BG: And so he helped me apply to different colleges and so forth and I got in, and got a college education. And literally, my mom is so funny because I wanted to go into business, she wanted me to be a teacher because black girls back in the day, I graduated from college in 1978, black girls in the day could only be teachers, right? But I wanted to be a business person, which takes me to a story, Daniel that I'd like to share. Remember, I said we were farmers. And at the time, they allow black kids to be out of school to work crops both spring and winter. And I was five years old, we were picking cotton, this would have been the fall. And I would pick just enough cotton to make a bed so I could go to sleep. Remember, I'm five years old. And I had an aunt that didn't really didn't like me. But my dad who was my protector, before we had to go to the trailer and way he would call me up early and put cotton in my sack because my mom was the disciplinarian.
BG: And my aunt who hated me know, this woman was probably, you know, 60 years older than I was. But anyway, she hated a five-year-old. She told my mom and so my mom was like beating me in front of everybody. And I said to her, you know what, but I'm not called to be a laborer. I am not going to be a laborer. Now, I'm saying this at five years old, right? So, I would say that God put on my heart that He had a special purpose and plan for me when I was five years old. And so I went to college, graduated from college, with a degree in finance and accounting. And after a year decided I didn't like that. And so I went into sales and marketing and I had a phenomenal career. And loved every minute of it.
DW: That's, that's really neat. And, I like some of those unique experiences that you drew out.
DW: Can you tell us a little bit more about how that career in sales and marketing went and kind of how that led into more of what you're doing now?
BG: So it's, it's really interesting because when I graduated, I started out working for a Gulf Oil Company that was bought out by Chevron and British Petroleum. But anyway, I want to say it was 1980, I heard a message from Dr. Tony Evans called needs, wants and desires. And the message basically said, God has promised to meet all of our needs. And what I mean is basically our food, shelter, clothing, the necessities of life. And he said, when you start getting into that one area, be careful. Because then you want you know, you need a house, you need a place to live, but you don't need a five-bedroom house. So that's what wants are, you want a five-bedroom house, and things that when you get into desires, those are the things that are kind of tricky. Because not only do you want a five-bedroom house, you want a five-bedroom house in a great neighborhood.
And so literally when I listened to that, and I was a year out of college, I thought that is such a great place to live, live in needs, be careful to approach wants, and fan desires is a danger zone, right. And so I love to tell people the story. My first year out of college, I was making $16,000. And I was working a part-time job. And in a year I saved $20,000. Now, it's one of those things I say I worked a part-time job, I worked every evening. So I was almost working full time at night. But my mom and dad had me when they were 48 and 45. So I always felt compelled that I would have to take care of my mother. And so I lived in a one-room in a rooming house. So I could save that money so that if anything happened to my mom, I would be able to take care of us. So those are things that just triggered memories in my life. And if it were not for Dr. Tony Evans, I'm not real sure. I wouldn't be in the generosity, spirit and space that I am right now.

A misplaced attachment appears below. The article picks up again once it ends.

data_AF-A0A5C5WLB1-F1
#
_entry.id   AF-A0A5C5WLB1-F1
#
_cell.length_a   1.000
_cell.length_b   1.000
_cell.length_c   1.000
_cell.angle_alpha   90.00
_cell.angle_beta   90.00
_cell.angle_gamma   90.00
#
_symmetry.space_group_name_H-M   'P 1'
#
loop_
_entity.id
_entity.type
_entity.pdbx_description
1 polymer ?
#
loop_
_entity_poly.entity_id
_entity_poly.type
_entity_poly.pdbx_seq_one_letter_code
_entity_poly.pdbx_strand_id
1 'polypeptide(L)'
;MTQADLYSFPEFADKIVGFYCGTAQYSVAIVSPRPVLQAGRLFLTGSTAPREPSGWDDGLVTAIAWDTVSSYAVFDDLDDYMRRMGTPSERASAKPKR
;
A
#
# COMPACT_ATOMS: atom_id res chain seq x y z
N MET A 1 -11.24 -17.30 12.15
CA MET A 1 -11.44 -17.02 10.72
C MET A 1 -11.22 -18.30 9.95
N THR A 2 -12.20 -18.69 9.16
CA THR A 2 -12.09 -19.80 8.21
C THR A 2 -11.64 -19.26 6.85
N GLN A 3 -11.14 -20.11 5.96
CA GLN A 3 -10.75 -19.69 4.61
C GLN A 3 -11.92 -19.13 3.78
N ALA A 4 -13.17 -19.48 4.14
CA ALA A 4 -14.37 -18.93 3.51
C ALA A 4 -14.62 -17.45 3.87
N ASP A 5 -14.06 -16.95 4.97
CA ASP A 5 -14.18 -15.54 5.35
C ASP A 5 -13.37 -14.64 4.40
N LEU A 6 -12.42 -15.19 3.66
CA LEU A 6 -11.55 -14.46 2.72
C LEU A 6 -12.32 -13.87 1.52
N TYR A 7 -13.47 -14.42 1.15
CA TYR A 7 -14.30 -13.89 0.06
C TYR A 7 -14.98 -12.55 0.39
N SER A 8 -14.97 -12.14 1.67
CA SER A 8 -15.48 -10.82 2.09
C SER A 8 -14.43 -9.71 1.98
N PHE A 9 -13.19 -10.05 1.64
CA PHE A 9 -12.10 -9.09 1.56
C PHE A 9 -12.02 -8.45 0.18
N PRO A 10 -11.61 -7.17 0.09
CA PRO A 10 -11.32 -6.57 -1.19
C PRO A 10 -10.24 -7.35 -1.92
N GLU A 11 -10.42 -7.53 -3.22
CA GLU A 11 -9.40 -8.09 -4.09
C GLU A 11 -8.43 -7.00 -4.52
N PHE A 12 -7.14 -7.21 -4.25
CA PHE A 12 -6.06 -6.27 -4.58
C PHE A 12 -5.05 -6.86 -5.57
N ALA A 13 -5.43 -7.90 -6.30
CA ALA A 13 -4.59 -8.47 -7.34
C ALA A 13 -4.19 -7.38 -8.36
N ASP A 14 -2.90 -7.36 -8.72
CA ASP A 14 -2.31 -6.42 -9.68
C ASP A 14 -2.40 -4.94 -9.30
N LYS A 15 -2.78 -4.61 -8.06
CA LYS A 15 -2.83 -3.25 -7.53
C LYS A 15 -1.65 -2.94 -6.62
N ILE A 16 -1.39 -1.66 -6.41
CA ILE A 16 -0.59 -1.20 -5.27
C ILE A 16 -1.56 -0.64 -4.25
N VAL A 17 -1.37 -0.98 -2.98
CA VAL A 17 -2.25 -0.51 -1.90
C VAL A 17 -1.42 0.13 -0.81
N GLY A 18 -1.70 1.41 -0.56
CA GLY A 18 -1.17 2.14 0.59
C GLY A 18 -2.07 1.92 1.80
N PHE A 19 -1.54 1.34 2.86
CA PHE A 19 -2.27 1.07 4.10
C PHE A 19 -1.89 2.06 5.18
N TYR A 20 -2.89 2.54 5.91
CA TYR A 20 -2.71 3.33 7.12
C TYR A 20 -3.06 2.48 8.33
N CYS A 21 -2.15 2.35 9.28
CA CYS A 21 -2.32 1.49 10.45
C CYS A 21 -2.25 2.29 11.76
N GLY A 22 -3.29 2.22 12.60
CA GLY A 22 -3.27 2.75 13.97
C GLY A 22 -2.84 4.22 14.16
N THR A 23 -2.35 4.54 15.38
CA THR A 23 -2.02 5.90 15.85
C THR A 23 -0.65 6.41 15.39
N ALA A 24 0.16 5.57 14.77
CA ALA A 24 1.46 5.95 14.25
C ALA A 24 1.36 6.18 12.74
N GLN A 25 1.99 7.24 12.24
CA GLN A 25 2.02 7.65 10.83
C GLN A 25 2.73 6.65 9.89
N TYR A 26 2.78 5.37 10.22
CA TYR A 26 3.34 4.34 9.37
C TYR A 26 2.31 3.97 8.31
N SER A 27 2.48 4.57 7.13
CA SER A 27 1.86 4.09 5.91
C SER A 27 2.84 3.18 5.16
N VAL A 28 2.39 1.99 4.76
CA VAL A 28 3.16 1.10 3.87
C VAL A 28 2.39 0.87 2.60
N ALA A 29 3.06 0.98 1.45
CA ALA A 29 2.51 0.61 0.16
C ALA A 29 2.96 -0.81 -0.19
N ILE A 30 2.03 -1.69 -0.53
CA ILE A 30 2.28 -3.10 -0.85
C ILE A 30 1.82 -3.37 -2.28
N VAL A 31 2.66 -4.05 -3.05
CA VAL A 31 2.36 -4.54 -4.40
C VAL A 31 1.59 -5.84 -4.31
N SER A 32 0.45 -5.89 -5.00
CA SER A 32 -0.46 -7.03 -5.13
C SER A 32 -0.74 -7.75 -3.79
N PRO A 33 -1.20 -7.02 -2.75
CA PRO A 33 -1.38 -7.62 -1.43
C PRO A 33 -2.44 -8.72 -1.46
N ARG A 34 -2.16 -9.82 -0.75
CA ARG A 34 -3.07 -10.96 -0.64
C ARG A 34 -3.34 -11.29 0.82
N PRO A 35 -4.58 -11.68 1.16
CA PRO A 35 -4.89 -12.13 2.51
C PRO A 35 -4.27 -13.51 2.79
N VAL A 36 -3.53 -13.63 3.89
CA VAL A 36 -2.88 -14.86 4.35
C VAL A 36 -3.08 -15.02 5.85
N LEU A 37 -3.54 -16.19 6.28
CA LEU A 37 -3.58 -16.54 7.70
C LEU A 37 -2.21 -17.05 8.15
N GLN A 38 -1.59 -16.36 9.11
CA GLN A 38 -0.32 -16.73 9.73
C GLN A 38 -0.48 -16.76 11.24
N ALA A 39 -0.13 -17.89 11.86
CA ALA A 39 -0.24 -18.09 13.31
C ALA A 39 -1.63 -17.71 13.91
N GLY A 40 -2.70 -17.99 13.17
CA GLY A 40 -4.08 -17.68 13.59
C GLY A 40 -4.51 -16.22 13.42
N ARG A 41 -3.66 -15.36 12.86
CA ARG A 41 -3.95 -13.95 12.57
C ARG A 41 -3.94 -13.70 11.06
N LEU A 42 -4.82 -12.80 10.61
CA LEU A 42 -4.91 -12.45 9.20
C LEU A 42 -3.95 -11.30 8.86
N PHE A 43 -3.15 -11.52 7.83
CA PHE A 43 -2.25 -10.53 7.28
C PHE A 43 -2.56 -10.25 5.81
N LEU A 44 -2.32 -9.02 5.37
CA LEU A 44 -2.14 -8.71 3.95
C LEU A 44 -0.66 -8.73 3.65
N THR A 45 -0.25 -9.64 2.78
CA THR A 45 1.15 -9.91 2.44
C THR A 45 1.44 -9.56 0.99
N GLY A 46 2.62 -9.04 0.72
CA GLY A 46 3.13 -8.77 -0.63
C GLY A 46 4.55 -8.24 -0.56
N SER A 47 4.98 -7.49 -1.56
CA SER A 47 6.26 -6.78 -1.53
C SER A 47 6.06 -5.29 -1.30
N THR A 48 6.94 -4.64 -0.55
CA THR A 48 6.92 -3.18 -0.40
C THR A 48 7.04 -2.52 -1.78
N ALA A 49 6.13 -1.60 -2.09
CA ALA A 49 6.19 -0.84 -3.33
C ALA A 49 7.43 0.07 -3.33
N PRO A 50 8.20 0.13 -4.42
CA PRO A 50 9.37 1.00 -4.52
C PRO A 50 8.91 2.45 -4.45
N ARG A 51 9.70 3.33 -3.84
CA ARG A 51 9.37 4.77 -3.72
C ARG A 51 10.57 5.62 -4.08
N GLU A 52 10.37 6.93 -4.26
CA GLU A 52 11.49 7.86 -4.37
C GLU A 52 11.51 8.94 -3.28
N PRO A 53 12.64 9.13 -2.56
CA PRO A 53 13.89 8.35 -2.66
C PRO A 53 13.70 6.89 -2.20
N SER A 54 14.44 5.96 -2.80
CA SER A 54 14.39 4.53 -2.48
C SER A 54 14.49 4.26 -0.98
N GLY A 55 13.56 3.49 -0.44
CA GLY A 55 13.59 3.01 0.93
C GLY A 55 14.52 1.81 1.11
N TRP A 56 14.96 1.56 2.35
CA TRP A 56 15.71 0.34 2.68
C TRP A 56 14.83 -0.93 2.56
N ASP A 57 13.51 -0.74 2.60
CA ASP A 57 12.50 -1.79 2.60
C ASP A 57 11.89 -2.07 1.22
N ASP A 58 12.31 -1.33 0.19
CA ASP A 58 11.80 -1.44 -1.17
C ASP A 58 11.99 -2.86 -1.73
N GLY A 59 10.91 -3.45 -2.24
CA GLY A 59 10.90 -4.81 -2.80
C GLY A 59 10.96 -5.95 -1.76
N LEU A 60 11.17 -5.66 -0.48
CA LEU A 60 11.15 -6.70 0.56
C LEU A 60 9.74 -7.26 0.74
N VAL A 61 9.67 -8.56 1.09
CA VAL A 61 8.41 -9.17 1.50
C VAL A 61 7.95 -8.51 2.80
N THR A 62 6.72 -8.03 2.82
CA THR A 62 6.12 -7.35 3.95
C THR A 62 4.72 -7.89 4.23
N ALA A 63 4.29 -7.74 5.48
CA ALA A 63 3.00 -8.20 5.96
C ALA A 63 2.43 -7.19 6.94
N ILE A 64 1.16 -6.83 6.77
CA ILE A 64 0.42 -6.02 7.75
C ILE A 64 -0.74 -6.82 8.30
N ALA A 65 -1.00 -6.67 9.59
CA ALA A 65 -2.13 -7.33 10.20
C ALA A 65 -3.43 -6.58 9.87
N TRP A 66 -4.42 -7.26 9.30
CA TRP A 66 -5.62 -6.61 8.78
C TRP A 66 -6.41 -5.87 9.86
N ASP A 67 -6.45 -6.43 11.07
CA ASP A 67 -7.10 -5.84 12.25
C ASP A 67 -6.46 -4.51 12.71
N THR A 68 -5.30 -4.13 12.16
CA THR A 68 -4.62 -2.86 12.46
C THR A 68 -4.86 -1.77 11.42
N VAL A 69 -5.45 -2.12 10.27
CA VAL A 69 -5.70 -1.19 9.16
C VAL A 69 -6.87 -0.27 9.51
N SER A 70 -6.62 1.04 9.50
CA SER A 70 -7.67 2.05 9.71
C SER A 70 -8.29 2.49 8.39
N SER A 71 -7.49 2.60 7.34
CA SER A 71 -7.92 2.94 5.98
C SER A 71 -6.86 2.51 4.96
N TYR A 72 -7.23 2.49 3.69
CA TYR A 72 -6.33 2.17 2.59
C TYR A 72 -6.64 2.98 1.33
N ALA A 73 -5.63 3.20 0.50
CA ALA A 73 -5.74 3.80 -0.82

DW: So, what year was that when you started out and made the $16,000 in the year and you said you saved $20,000.
BG: I made 16,000 In my professional job and worked a part-time job where I probably made another I don't know 8000 and given you know, you make that little bit of money, you're not doing a lot in taxes. And so my rooming house only cost $50 a month. So basically, I was living basically off of nothing. Trying to save everything I could for that first year.
DW: So what year was that?
DW: And then, can you tell us a little bit about how when you got out of college, you said you heard kind of that speech on needs, wants and desires. And you started out your life, almost your career almost in that mindset? Were you able to continue that throughout your career? Or were there some ups and downs? Can you tell us a little bit about that?
BG: Yeah. So, it was one of those things where I always wanted to be a mother, I wanted to have five children, I ended up with four wonderful sons, one of which is my nephew. And so I wanted to make sure that I could educate them and educate them well. I was married, but unfortunately, I'm divorced. And so one of the things that I wanted to make sure that we did was to live a life that availed us to educate our children, not only through elementary and high school, but college as well, because I wanted them not to have the same struggle experience that I did.
BG: And so yeah, I kind of lived that life since I was 20 years old. I made a decision that I wouldn't wear designer clothes, I made a decision. And this is kind of funny when I think about it in today's terms that we would never have a mortgage that was more than $1,500 a month. And so there were just some choices and things, that I got some teaching and training on we as a couple and then me as a single as well. That said, here are the things that you can do so that you can have freedom, and not be a what I would call a slave to things. And again, Daniel, I would say it was that needs, wants, desires message that I heard that helped me be okay with that. Now, was it challenging? Oh, absolutely. It was very, very challenging.